Tuesday, September 6, 2016

The politicization of an epidemic: Zika virus and microcephaly

Every day for the past several months, Politico Pulse Check host Dan Diamond has posted a "Zika Virus update" on his Twitter account stating the number of days since the White House requested emergency funding to combat the epidemic (currently 211), how much Congress has appropriated in response ($0), and the number of Zika cases in the U.S. and its territories (currently >16,000). That there has been no funding response even as the virus continues to spread within the continental U.S. is testimony not only to longstanding Congressional gridlock, but to the politically charged nature of a sexually transmitted disease that can cause deformed babies, and therefore raise the issue of abortion. The Senate will vote today on a Republican-controlled bill that is identical to one that failed in late June due to Democratic objections over legislative "riders" stripping funds from the Affordable Care Act and Planned Parenthood. This vote has as much chance of succeeding as the earlier one did: zero. Both parties know this; they're just going through the motions. As a result, no new federal funding will be made available for disease surveillance or prevention, including the development of a vaccine.

As readers know, I get outraged whenever politics trumps science, especially when patients will suffer the consequences. But this story doesn't stop with the U.S. Congress. A potentially devastating piece of misinformation is circulating online that despite months of public health warnings, infection with the Zika virus is not responsible for Brazil's epidemic of microcephalic and otherwise brain-damaged babies. Instead, the story claims, the real culprit is the insecticide pyriproxyfen, which is manufactured by a Japanese affiliate of the widely reviled American biotech and agriculture company Monsanto. Supporters of this claim cite out of context a preliminary report published in the New England Journal of Medicine in June showed an extremely low rate of microcephaly in Colombia; of 12,000 women who were reported to be infected with Zika, none had given birth to a microcephalic baby. This finding is contrasted to Brazil, where pyriproxyfen was used to treat drinking water to kill mosquito larvae.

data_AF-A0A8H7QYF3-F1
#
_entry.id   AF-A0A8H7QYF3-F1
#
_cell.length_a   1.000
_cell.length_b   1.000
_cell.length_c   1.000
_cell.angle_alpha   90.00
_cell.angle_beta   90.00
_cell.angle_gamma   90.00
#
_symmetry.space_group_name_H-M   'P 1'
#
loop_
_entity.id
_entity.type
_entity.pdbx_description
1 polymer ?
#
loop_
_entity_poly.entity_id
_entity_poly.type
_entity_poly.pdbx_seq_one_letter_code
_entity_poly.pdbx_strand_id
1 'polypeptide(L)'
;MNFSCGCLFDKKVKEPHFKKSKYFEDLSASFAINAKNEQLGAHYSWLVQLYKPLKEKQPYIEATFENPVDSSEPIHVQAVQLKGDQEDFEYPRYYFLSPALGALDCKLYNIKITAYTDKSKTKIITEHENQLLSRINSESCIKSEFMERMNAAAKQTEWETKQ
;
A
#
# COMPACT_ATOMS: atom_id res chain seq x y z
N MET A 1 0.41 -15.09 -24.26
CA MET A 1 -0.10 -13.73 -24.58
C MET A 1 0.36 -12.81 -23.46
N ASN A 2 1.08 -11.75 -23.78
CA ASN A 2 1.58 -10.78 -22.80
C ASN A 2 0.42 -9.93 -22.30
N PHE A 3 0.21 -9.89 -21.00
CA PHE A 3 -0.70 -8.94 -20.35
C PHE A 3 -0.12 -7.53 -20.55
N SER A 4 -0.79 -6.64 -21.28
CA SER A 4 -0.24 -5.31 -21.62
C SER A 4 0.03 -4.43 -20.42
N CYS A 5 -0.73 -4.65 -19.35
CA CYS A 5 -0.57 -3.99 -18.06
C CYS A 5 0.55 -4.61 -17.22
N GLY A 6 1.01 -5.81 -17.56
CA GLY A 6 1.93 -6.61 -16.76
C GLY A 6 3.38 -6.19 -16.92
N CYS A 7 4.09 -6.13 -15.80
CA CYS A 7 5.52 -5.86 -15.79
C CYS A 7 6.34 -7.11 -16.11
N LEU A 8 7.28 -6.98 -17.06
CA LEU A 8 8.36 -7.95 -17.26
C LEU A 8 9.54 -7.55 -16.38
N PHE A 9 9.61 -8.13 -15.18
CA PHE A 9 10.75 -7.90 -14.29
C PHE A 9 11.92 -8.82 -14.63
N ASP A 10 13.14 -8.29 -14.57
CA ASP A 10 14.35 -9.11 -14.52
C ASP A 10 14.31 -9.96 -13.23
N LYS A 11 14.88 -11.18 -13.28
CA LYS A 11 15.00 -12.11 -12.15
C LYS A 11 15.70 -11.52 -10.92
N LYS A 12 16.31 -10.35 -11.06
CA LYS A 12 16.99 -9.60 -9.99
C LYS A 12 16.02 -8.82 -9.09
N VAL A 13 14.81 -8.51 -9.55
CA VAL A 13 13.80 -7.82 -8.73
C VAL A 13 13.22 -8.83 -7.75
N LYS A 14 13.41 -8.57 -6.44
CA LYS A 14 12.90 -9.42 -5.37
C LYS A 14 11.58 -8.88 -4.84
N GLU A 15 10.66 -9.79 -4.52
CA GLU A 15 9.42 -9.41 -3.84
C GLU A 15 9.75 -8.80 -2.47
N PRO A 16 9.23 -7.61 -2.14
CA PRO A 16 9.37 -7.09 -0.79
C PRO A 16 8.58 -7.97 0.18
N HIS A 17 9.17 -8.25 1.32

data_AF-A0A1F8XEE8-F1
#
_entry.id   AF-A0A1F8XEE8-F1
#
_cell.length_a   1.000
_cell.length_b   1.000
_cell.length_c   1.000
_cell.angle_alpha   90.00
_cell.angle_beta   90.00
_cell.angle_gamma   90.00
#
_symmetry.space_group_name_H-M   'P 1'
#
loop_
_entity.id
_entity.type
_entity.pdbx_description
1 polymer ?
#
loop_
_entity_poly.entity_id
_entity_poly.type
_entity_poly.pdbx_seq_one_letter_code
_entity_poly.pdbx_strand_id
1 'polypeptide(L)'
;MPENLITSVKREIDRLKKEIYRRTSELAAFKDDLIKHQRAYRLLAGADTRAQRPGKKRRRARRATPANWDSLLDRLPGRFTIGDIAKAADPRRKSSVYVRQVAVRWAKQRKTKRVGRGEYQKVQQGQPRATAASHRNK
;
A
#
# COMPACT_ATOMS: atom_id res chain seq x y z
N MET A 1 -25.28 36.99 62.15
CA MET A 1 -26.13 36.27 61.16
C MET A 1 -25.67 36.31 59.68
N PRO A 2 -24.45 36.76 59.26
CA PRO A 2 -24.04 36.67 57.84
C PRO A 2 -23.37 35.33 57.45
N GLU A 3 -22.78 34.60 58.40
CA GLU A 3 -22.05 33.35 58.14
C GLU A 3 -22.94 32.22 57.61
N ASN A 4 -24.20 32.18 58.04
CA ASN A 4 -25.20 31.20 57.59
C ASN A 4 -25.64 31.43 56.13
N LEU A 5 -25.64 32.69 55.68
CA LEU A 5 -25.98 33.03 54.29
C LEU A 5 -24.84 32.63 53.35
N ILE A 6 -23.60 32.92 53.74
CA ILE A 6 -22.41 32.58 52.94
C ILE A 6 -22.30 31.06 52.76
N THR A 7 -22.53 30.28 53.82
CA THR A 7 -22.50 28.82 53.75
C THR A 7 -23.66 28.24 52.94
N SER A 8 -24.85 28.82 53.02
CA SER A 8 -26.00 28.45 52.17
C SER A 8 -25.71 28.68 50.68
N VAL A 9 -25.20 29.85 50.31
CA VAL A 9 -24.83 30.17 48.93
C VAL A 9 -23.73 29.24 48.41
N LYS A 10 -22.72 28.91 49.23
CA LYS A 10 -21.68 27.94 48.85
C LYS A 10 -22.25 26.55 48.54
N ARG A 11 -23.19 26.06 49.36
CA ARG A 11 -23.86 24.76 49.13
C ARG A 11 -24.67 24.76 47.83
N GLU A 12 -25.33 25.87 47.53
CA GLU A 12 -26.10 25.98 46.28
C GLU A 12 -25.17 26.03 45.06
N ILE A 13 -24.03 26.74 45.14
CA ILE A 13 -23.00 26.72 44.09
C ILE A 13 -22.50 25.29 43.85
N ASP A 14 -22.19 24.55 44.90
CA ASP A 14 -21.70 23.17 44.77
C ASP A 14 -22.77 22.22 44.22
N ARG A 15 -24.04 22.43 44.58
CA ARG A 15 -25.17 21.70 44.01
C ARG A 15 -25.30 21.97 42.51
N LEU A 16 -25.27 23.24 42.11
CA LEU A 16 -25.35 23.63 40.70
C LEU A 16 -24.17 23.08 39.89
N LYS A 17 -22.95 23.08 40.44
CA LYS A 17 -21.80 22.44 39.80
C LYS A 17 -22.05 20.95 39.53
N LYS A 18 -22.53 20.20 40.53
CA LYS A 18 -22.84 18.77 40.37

The key omission here is that most of the women in the Columbian study were still pregnant at the time the study was published. In fact, the only thing that the study's authors felt confident enough to conclude about the data was that Zika infection during the third trimester of pregnancy did not seem to be associated with microcephalic newborns, a finding that made sense given what is known about critical stages of fetal neurologic development. It was subsequently confirmed by a study of Brazilian and French Polynesian live births that reported "a strong association between the risk of microcephaly and [Zika] infection risk in the first trimester and a negligible association in the second and third trimesters." This study estimated that Zika infection raises the risk of having a baby with microcephaly from 2 in 10,000 (0.02%) to between 1 and 13%.

So what is keeping the pyriproxyfen hypothesis alive, a full six months after officials from the World Health Organization first shot it down? You guessed it: politics. Pro-life groups who worry about physicians advising Zika-infected pregnant women to abort their babies are apparently seizing on this misinformation to further muddy the waters of counseling, even though one could argue based on real data that the vast majority of Zika-infected babies will be fine anyway. Environmental groups, on the other hand, can't resist another opportunity to attack Monsanto.

How could this misinformation harm patients? Less insecticide in the air and water means fewer opportunities to control the mosquitoes that transmit Zika virus. Women who are even a little bit confused about the real cause of these birth defects might neglect to take mosquito-avoidance precautions or disregard the CDC's travel advisories. (And absent Congressional action, the CDC is rapidly running out of funding to deliver appropriate public health messages.) I am pro-life, I oppose abortion and capital punishment, and I believe that protecting the environment is a moral imperative. But I also believe in science. A public health crisis of brain-damaged babies is bad enough. Making it worse by twisting the facts to serve one's politics is nothing less than despicable.